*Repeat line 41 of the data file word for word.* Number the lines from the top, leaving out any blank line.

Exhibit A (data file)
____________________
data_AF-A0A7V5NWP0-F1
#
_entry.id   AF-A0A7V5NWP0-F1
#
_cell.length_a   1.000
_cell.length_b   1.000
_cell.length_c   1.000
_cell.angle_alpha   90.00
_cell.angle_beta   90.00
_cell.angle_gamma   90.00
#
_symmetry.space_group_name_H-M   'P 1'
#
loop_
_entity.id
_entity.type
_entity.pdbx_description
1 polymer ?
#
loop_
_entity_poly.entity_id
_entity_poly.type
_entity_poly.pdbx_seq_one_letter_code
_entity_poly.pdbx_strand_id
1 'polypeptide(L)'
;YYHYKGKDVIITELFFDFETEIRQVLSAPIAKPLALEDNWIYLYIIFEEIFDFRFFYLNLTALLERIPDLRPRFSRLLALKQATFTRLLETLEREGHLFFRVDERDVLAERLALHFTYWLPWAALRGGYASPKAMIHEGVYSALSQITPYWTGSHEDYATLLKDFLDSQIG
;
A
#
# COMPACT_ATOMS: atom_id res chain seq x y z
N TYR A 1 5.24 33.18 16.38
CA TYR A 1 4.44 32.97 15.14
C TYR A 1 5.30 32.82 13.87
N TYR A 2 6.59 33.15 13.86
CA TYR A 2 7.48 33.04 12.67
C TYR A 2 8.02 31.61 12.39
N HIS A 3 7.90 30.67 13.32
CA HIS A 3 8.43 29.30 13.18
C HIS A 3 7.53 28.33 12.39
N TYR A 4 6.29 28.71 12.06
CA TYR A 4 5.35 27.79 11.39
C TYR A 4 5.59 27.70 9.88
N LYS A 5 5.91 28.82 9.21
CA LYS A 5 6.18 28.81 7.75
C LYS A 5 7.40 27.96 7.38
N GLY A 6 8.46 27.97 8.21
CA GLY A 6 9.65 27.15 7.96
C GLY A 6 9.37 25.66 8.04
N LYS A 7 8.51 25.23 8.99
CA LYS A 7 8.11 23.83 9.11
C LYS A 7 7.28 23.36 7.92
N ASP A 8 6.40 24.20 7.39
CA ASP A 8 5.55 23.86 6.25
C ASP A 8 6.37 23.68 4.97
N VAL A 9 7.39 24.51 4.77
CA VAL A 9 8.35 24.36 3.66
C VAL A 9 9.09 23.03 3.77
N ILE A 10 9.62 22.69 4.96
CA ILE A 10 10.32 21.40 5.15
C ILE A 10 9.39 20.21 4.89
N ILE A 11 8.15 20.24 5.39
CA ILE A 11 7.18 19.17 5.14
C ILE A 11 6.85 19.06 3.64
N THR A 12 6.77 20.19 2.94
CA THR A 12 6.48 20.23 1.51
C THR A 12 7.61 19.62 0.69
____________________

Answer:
CA TYR A 4 5.35 27.79 11.39